Along with industry, the Japanese government has committed about 152 trillion yen (about $1.1 trillion) over 10 years to help the country achieve net zero carbon emissions. By 2030, the Ministry of Commerce says, it will reduce carbon-based generation to 19 percent of the electricity supply, with the ammonia technology comprising about 1 percent, and it is likely to increase.

Jera knows it has to convince a potentially skeptical public of its plans, which is why it runs ads in movie theaters and hands out discount coupons promoting its efforts to develop “zero-emission thermal power.”

Japan also hopes to eventually export the technology to its neighbors in Asia, where it has helped build new coal plants in recent years.

“We are trying to reduce the dependence on coal itself in such countries,” said Masashi Watanabe, a natural resources and energy planner at the Commerce Ministry. “Ammonia co-firing could be one solution.

In Hekinan, welders recently secured the top of a 700-ton storage bin at the sprawling Jera plant. Multiple large orange pipes lay scattered on the ground, waiting to be fitted into a pipeline that will transport ammonia to the plant’s boilers.

During a recent test, the company mixed a mixture of 0.02 percent ammonia with fist-sized pieces of coal in a boiler heated to 1,500 degrees Celsius, more than 2,700 degrees Fahrenheit. Meeting its next goal will be a bigger challenge.

By March, the company wants to start testing mixtures consisting of as much as 20 percent ammonia, becoming the first in the world to do so.

Even if the technology works, providing a steady, affordable and clean supply of ammonia could significantly strain the world’s supply of the compound, which is needed to produce fertilizer.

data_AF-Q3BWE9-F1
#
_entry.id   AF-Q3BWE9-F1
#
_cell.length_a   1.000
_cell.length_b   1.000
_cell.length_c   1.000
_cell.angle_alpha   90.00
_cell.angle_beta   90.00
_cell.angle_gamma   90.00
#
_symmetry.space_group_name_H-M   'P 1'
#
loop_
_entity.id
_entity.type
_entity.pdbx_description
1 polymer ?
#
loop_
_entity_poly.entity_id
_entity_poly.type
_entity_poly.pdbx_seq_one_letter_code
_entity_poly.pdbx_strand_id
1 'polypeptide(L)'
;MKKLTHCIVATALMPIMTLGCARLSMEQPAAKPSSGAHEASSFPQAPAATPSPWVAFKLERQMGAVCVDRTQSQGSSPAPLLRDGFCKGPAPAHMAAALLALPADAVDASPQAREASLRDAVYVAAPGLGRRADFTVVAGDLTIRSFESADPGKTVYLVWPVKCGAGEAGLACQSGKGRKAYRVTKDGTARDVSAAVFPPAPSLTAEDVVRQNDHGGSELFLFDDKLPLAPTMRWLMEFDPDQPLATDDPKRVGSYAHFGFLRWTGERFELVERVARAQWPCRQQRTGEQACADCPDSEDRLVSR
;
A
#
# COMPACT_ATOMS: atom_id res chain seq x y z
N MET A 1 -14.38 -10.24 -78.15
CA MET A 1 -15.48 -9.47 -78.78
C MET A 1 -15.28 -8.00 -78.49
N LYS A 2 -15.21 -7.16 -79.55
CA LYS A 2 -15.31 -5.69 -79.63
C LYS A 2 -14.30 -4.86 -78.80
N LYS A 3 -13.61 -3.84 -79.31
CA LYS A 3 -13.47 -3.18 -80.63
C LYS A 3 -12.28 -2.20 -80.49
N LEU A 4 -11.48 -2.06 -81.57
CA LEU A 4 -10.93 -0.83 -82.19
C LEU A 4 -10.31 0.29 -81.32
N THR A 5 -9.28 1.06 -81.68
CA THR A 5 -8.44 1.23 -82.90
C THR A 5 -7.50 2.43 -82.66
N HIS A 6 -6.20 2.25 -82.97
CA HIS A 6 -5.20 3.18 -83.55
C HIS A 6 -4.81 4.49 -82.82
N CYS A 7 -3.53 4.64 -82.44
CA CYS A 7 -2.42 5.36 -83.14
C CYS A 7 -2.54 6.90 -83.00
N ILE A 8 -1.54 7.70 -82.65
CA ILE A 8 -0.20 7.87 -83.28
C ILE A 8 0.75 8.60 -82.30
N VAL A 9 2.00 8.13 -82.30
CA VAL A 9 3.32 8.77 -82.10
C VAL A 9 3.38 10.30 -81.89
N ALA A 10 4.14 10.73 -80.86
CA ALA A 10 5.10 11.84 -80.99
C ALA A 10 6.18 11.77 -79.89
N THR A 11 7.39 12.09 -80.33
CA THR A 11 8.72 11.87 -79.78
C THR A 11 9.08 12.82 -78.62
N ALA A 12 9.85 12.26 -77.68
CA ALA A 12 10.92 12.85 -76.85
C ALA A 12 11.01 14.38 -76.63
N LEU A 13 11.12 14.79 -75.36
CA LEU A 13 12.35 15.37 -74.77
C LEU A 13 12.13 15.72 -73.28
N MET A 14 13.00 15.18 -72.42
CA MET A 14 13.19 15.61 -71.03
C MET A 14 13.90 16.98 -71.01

The own government Green Growth Strategy admits that if all Japanese coal-fired plants used 20 percent ammonia, “they would need about 20 million tons of ammonia per year” — equivalent to the entire volume of ammonia currently traded on the world market.

Such supply constraints have made the ammonia plan “almost impossible” to implement, said Hajime Takizawa, a climate and energy researcher at the Institute for Global Environmental Strategies, a government-funded, independent research group. The government, however, says that once it proves the technology works, suppliers will meet demand.

But producing ammonia itself requires electricity, which according to current methods is typically generated from fossil fuels such as coal or natural gas. In one common process, water is heated to extremely high temperatures—up to 2,000 degrees Celsius, or 3,632 degrees Fahrenheit—so that hydrogen atoms can be split apart and combined with nitrogen. (Look in your high school science textbooks for the chemical formula of ammonia!)

Heating that water requires a lot of power, and the ammonia supplies that will initially flow to Japan will probably be made with so-called gray or brown electricity. So while burning ammonia in a power plant reduces carbon emissions in one place, making ammonia can generate more carbon emissions in another.

As a result, the ammonia method has “very little mitigation potential,” said Masayoshi Iyoda, the leader of the Japanese team for 350.org, a climate activist group.

Suppliers say they will eventually use renewable energy to make ammonia or capture the carbon emitted during the production process and bury it in the ground. Analysts say that given the costs of such methods, mixing ammonia and coal will be more expensive than simply using renewable energy such as wind power directly.

Ultimately, critics say, Japan is prioritizing the ammonia technology to protect entrenched industrial interests against new renewable energy providers. “They are fully aware that they are losers in this change,” said Kimiko Hirata, founder of Climate Integrate, a research and advocacy group. “So they’re really big on protecting the status quo and vested interests as long as possible.”